Ileana Exaras, '18, poses by her favorite spot on campus Feb. 26, 2017, by Grace Hall. She recently received an honorable mention for the IES Abroad’s Global Citizen of the Year Award for her work in Vienna. (David Kroll/B&W Staff)

Junior Ileana Exaras earns award, gains confidence abroad


Growing up, Ileana Exaras felt caught between two cultures.

Originally raised in Greece, the junior moved to the United States when she 14. When she enrolled at Lehigh in the fall of her freshman year, she continued to feel lost — this time between her passion for academics and a love of music.

It wasn’t until her semester abroad in Vienna that Exaras said she could finally see herself as whole.

Exaras was recently awarded an honorable mention for the Global Citizen of the Year Award through the Institute for the International Education of Students Abroad. IES Abroad recognizes students who have studied abroad within the past year and have positively affected both their communities abroad and at home through their experiences.

IES Abroad provides access to over 125 study abroad and internship programs in more than 35 cities around the world. This year, the organization received 54 submissions from students across 40 different U.S. colleges for the Global Citizen of the Year Award. Exaras was one of seven finalists, and the winner was a sophomore from the University of Michigan.

For Exaras, her journey abroad came at a critical time. A strong student and musician, she said she had often struggled to find a balance between her two passions.

“I was at a point where I didn’t know what I wanted to do in my life,” Exaras said. “In the United States, careers define people’s lives. I didn’t know if I wanted to pursue an academic or music career, so I decided I needed time to explore myself in another place.”

She decided on both.

In Vienna, Exaras said she was finally able to truly combine her international relations career path with art. While studying the history and economic conflict of her home country Greece, Exaras applied her political knowledge toward musical compositions to communicate the material she was learning.

“I expressed political and social conflicts through art,” Exaras said. “I wanted to study both international relations and music.”

Exaras said her passion for exploring social conflict existed long before she boarded the plane to Vienna.

“I had published a poem on the school shooting threats at Lehigh and other Pennsylvania schools last year,” she said. “I really have a passion for both art and social conflict.”

It was that passion that helped Exaras’ application stand out among the other 54 students. Exaras completed a personal statement and provided several works of music she had composed during her time abroad.

For Abby Baric, the outreach coordinator of IES Abroad, Exaras’ extra submissions helped her application stand out.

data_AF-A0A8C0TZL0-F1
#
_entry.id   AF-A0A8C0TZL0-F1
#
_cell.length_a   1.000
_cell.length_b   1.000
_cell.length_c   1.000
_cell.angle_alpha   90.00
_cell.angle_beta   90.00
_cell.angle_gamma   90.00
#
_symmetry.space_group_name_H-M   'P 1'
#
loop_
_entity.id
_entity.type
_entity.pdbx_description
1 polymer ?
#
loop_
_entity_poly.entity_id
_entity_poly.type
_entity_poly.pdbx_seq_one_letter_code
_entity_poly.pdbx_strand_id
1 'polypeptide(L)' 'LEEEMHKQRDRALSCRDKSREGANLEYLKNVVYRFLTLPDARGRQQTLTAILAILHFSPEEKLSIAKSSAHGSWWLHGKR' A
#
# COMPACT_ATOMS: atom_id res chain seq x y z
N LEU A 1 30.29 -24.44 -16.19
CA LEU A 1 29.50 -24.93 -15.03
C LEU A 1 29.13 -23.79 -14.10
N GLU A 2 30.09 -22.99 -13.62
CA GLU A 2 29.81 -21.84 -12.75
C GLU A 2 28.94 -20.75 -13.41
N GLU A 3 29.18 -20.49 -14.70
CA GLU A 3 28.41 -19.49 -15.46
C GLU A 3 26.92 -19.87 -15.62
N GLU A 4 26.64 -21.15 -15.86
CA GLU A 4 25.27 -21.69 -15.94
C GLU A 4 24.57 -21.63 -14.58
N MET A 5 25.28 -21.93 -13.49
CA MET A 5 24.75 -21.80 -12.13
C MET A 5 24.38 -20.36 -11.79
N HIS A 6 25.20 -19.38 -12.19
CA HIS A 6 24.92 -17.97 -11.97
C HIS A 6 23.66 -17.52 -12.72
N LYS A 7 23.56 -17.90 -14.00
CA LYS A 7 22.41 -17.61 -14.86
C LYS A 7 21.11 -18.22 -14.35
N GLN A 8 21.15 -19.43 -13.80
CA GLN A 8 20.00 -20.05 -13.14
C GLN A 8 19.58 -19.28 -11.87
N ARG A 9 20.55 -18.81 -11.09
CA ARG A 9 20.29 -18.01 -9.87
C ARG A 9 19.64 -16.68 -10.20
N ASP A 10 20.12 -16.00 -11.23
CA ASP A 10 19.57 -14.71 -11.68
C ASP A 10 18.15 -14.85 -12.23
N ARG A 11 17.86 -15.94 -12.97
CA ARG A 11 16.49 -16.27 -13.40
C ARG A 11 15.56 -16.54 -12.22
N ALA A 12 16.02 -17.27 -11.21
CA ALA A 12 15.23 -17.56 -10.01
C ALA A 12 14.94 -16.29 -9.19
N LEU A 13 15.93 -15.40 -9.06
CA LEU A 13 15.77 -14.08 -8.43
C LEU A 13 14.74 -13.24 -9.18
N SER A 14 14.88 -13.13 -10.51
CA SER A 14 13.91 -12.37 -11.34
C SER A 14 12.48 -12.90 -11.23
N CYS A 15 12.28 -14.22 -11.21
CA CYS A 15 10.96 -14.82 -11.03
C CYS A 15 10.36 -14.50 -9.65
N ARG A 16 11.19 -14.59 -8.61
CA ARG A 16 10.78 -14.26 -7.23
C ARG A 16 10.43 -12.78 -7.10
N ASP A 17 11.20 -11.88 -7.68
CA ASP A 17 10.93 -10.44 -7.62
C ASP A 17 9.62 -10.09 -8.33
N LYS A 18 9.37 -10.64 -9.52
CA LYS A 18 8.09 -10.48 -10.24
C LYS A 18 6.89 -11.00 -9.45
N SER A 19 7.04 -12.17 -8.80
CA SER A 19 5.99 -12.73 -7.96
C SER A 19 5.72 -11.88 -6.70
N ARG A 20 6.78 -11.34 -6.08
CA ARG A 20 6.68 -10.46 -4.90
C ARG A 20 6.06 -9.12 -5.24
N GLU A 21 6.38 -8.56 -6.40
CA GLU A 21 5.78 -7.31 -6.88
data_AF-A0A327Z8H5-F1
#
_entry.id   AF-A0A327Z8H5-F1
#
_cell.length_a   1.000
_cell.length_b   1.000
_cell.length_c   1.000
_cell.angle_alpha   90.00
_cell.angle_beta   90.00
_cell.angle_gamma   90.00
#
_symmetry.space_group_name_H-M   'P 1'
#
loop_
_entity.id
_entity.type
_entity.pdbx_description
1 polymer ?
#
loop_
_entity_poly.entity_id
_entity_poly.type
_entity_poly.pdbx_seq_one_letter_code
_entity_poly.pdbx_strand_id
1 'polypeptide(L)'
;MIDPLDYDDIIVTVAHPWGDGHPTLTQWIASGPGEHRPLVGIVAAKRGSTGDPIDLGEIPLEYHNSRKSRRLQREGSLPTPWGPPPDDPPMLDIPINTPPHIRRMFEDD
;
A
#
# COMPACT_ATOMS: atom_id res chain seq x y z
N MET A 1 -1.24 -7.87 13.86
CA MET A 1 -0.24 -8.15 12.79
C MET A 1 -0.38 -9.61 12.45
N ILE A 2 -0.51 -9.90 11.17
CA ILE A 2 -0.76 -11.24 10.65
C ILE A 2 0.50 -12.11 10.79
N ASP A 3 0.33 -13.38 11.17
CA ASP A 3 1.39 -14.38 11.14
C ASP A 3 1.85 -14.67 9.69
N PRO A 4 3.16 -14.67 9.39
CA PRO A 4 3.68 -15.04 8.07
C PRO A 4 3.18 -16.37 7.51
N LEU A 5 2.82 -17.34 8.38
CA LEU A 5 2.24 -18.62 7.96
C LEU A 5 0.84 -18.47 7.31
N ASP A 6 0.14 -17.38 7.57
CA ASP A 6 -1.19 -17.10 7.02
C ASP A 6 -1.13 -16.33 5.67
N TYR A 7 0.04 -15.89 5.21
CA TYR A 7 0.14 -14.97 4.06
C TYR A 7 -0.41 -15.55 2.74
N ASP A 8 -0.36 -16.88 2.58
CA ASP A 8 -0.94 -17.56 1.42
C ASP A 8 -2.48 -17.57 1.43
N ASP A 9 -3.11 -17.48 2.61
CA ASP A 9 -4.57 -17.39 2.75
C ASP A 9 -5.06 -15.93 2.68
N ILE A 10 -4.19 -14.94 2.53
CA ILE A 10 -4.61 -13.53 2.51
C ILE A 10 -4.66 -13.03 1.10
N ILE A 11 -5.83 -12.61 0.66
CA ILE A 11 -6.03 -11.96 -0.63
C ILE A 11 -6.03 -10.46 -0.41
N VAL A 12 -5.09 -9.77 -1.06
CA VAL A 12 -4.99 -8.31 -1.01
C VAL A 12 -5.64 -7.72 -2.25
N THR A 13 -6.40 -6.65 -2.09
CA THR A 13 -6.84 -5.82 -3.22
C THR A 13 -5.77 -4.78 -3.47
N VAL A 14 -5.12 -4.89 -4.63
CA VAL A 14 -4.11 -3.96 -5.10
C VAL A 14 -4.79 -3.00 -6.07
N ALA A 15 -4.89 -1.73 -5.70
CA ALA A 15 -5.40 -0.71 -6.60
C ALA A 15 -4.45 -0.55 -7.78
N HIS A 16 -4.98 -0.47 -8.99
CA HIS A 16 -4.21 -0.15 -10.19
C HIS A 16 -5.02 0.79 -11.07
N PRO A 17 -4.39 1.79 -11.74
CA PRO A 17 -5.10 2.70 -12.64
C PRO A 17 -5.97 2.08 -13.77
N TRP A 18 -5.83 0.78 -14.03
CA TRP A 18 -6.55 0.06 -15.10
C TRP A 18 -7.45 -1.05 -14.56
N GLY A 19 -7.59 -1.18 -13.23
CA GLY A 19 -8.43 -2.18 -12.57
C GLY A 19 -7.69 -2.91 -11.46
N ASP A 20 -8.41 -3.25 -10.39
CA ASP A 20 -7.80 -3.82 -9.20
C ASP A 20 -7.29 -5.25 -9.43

During her time in Vienna, Exaras was enrolled in a class that examined the current state of her home nation’s economy. While learning more about Greece’s history and its recent financial crisis, Baric said Exaras was inspired to express the uncertainty and emotion the country was feeling through her music.

“She already had that connection to Greece, but this class sort of heightened the emotions that were going on for her,” Baric said.

Exaras explained in her personal statement that her time in the class and composing music helped her realize how much more connected to Greece she was than she had originally thought. Having been away from the country for so long, she was still passionate about its financial hardships and political challenges.

For her final project in another class, Exaras recorded a piece for piano and violin. Baric said the piece, which Exaras included in her application, was a “major factor” in helping Exaras earn her honorable mention.

Another element of Exaras’ personal statement that impressed Baric was the student’s ability to recognize how living in a country and being surrounded by the same issues every day can make you go numb to them.

“You hear it on the news, you see it every day and you sort of just accept the problems,” Baric said. “(Exaras) wants to use her music to challenge that and recognize the problems in a new light.”

For Exaras, exploring in a foreign country, learning a new language and composing her own music gave her a renowned sense of liberation and confidence.

“I started going out beyond the program I was in to start meeting new people,” Exaras said. “I would be asking people I had just met to grab coffee, and this opened me up to so many new ideas about culture.”

Study abroad adviser Jodeen Gemmel said while everyone is different, many students like Exaras gain a sense of confidence and a more global perspective when studying abroad. 

“Many students self-reflect a lot more,” Gemmel said. “They realize that the world is a lot bigger than Lehigh. It is an opportunity to gain a different perspective on education.”

She said being able to communicate is essential, and having the opportunity to interact with the world in a global perspective opens students up to new work experiences.

“I am looking for the most fulfilling way through the arts to explore how the world works,” Exaras said.

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